Doug and Joyce Popaca were accustomed to storms, having lived in Mantoloking near the ocean for 37 years.
So when Superstorm Sandy barreled up the coast last October, the couple left their home with scarcely more than a change of clothes and their toothbrushes.
“We thought we’d be leaving for a day or so, and we’d be right back,” said Doug Popaca.
But four months after the storm wreaked its worst violence on their hometown, Popaca and his wife are learning they and other Mantoloking residents can finally go home — on Friday, Feb. 22. On Friday, the community will become the last Sandy-hit shore town to allow residents to begin moving back in.
But don’t expect crowds of moving vans. The storm damage was so catastrophic that many homes in Mantoloking are not yet livable.
“We’re not really expecting a lot of people to come back right now,” said Police Chief Mark Wright.
Mantoloking has 298 registered voters, but its winter population hovers between 75 and 100.
Every single one of Mantoloking’s 521 homes suffered some sort of damage in the storm, Mayor George Nebel said. Sixty or so disappeared completely and hundreds more suffered severe damage and will probably need to be demolished.
“Friday will be a big-but-bittersweet day for Mantoloking,” the mayor said. “After a long but understandable wait, many of our residents will be able to return to their homes. Unfortunately, many other residents no longer have a home to go home to.”
This is the town where the ocean cut a channel through to the Barnegat Bay, where a house was washed onto a bridge whose foundations were undone by the raging water, and where the state’s largest-ever emergency road construction project was carried out to rebuild Route 35, parts of which were smashed to bits and carried away by the storm surge.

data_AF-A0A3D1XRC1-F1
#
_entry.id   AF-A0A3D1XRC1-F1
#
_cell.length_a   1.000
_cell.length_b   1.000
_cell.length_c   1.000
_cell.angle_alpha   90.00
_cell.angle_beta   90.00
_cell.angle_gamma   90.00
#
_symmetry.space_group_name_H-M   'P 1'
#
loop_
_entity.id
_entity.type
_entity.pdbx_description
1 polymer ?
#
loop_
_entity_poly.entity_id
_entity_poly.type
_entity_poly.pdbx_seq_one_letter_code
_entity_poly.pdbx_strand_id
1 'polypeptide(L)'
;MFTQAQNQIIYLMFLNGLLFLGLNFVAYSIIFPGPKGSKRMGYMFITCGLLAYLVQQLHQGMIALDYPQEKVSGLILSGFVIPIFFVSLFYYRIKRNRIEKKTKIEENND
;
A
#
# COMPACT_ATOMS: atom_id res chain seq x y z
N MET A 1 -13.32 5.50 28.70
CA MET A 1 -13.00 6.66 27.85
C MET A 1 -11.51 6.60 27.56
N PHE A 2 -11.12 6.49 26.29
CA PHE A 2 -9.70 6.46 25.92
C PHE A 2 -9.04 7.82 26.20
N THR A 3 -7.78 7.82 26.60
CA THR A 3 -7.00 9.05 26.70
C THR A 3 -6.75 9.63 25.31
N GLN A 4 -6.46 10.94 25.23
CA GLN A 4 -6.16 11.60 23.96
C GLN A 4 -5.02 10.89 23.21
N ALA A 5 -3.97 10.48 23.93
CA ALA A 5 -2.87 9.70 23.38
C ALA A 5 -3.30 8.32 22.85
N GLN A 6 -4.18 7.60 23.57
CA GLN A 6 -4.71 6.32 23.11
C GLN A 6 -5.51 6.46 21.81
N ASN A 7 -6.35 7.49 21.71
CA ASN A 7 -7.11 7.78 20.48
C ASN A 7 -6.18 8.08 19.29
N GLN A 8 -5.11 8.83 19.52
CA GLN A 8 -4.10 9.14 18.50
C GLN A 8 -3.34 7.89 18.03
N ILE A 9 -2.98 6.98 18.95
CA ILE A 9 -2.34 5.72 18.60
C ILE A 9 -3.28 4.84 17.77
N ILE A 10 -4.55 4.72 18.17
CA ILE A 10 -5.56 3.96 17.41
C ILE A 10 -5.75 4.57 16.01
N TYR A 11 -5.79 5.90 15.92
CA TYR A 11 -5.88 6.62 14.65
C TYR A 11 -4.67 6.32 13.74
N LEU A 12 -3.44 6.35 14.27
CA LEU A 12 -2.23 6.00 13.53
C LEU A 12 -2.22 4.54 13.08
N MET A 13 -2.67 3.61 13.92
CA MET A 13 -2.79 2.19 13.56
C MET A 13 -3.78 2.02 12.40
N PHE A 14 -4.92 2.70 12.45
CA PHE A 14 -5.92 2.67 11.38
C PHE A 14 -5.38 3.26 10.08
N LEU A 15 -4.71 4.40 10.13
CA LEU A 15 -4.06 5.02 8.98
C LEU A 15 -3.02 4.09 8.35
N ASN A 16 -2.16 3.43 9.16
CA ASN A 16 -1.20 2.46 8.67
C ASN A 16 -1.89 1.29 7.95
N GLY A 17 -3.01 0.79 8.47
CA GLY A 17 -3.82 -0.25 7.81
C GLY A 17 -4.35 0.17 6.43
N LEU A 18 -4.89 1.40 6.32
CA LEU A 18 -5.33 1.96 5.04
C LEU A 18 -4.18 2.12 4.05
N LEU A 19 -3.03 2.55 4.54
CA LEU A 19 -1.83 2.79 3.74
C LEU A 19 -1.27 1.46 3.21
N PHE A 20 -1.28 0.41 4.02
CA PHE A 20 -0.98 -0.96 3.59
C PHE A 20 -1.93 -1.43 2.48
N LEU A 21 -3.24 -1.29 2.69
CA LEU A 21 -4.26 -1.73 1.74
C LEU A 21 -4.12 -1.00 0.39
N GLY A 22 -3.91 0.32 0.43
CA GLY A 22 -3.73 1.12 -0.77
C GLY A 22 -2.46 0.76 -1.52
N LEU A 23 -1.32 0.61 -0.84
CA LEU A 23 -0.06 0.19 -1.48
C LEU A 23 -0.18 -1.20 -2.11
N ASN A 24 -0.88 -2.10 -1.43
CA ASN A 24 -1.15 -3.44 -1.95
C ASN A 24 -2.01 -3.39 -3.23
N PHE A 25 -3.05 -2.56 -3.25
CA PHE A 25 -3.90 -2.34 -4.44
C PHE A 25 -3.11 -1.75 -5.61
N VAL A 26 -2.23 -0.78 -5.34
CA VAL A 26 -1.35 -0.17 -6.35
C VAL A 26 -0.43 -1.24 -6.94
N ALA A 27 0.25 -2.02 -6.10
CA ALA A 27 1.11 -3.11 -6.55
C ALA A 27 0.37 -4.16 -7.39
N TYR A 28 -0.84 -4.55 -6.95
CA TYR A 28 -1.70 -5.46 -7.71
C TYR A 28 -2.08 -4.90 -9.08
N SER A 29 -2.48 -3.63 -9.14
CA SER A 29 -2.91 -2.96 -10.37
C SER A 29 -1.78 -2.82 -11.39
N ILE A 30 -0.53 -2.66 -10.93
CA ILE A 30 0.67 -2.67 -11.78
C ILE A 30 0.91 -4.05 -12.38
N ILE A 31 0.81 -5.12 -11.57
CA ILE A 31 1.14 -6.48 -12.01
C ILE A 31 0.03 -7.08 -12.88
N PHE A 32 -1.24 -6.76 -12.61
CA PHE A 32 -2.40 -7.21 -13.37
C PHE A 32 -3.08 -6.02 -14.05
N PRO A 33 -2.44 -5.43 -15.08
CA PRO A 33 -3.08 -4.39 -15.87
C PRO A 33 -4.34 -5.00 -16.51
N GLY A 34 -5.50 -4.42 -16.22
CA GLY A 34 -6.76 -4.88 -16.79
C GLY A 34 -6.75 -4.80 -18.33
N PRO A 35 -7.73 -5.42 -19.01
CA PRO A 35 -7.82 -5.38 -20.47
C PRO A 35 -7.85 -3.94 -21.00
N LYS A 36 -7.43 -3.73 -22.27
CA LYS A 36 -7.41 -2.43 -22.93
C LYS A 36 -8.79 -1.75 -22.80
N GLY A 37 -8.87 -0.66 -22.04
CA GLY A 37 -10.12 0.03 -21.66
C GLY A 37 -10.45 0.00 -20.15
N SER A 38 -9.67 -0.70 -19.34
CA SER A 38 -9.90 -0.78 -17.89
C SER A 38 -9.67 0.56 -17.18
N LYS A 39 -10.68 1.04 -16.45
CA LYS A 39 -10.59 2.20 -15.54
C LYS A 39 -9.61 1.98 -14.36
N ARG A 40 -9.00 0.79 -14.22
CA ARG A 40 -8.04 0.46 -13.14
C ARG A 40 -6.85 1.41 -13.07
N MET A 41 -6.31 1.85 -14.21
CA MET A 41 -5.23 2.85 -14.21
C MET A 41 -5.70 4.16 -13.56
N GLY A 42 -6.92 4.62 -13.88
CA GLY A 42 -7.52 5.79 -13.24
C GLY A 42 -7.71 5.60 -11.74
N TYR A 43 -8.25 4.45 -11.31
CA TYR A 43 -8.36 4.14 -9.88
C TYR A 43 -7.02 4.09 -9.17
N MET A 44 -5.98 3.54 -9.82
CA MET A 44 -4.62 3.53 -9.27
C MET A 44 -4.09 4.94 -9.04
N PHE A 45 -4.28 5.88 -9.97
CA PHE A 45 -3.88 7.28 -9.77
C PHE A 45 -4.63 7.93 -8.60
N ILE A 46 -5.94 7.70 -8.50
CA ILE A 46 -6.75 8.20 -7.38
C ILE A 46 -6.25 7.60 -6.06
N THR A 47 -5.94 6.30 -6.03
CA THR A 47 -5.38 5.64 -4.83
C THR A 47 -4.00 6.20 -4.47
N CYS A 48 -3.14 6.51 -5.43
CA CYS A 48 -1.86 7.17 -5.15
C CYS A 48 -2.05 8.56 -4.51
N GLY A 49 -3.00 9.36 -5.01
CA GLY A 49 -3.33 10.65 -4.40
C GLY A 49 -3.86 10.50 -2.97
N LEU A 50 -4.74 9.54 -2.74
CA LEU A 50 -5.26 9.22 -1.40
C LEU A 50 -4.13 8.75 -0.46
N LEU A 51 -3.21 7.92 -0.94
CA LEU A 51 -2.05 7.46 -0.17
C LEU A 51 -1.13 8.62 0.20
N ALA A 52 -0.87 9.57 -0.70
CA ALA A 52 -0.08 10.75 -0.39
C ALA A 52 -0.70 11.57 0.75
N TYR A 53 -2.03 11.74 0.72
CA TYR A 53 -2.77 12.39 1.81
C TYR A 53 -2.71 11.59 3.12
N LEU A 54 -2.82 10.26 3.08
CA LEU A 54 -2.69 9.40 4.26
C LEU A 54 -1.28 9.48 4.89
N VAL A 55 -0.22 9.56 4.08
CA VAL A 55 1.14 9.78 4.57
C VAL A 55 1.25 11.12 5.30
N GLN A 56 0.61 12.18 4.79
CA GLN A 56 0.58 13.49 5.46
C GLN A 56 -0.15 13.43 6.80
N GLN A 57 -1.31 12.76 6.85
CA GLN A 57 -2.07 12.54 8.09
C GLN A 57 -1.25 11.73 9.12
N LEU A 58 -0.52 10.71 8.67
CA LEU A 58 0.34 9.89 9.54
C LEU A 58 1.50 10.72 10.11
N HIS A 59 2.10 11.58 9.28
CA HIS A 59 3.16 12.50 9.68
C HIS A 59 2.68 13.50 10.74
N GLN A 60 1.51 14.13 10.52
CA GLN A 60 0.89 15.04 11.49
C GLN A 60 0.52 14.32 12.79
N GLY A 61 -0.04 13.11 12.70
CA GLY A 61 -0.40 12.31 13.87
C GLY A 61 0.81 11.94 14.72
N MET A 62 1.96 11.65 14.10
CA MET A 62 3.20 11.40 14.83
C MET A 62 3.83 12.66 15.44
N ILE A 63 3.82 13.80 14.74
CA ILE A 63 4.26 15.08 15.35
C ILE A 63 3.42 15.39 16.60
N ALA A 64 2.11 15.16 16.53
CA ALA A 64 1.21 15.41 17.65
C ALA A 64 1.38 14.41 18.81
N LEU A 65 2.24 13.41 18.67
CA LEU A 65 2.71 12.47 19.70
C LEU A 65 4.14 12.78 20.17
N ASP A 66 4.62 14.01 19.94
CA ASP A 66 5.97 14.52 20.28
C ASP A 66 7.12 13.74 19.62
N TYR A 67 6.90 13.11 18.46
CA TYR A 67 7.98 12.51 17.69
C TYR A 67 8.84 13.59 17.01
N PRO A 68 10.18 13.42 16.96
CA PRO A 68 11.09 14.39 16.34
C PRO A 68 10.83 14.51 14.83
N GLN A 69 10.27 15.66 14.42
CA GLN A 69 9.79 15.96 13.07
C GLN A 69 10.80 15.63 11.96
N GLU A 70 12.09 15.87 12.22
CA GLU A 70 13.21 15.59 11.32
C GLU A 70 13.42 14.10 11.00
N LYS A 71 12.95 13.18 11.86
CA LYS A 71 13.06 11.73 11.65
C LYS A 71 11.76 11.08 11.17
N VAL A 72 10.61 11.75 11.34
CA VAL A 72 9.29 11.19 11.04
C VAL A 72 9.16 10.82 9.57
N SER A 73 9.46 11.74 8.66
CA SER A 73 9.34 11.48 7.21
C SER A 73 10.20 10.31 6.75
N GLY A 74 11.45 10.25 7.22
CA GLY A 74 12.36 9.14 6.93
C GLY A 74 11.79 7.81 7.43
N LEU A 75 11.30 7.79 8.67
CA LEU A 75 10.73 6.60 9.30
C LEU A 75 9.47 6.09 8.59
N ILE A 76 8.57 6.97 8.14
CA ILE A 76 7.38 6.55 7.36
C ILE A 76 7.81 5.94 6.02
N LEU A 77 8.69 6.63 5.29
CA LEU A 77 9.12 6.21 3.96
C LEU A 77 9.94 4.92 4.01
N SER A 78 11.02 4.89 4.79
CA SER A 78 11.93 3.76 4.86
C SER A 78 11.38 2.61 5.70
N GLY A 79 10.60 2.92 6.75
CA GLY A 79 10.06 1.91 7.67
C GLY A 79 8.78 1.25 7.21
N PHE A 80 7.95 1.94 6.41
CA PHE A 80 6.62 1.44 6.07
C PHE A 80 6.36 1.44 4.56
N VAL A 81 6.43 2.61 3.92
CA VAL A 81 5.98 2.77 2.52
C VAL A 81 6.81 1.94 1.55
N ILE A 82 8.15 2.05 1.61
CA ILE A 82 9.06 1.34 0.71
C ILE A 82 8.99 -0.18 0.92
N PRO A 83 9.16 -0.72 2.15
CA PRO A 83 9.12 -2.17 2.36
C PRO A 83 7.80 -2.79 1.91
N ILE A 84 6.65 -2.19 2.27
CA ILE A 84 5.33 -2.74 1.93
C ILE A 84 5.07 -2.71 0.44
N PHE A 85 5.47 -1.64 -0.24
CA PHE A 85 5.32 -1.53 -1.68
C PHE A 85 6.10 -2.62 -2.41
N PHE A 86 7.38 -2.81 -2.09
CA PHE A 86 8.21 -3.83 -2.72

The Popacas fared better. Situated at the southern end of town, on relatively higher elevation that Joyce Popaca calls “Mount Mantoloking,” their home suffered minimal damage. Yet for weeks, they could not even get back in to assess the damage. Once they were allowed back in, no utilities were available.
“When we decided to clean the refrigerator, we were doing it with Handi-Wipes because there was no water,” she said. “We were using toothbrushes, Clorox and mini-wipes.”
The wealthy Ocean County borough only recently opened up Route 35 to traffic; the highway had been closed until Feb. 1, forcing traffic on lengthy detours through far-flung towns. Even now, a phalanx of local police and state troopers are strictly enforcing emergency rules that prohibit stopping or pulling over on the road, a prohibition that has resulted in 63 tickets being written so far, mostly for sightseers pulling over to photograph the wreckage.
The rules were enacted to prevent people from getting out of their cars and possibly looting damaged houses that sit exposed, as well as to protect motorists and prevent pedestrians from being injured on the narrow road where construction and demolition are under way on both sides. Side streets remain off-limits to everyone but residents and contractors, and a nighttime curfew is in effect.
Doug Popaca said the first thing he’ll probably do when he gets back home is take a hot shower; the couple have been living in a small rental in neighboring Brick Township with a shower smaller than the one they are accustomed to.
The Popacas realize how fortunate they are _ and how unlucky many of their neighbors were _ when they look around.
“It’s depressing; it’s disheartening,” Doug Popaca said. “It doesn’t go away, that feeling of dread and depression. You look around and all the landmarks, the houses that used to stand out, they’re not there anymore. Some people came back to a vacant lot.”
“It’s overwhelming,” Joyce Popaca added. “A lot of my friends’ houses weren’t there; there was gas bubbling from the ground.”
The couple know Mantoloking won’t be the same again. “There’s a lot of folks that will be gone for years,” Doug Popaca said. “But we will be here.”
Topics New Jersey
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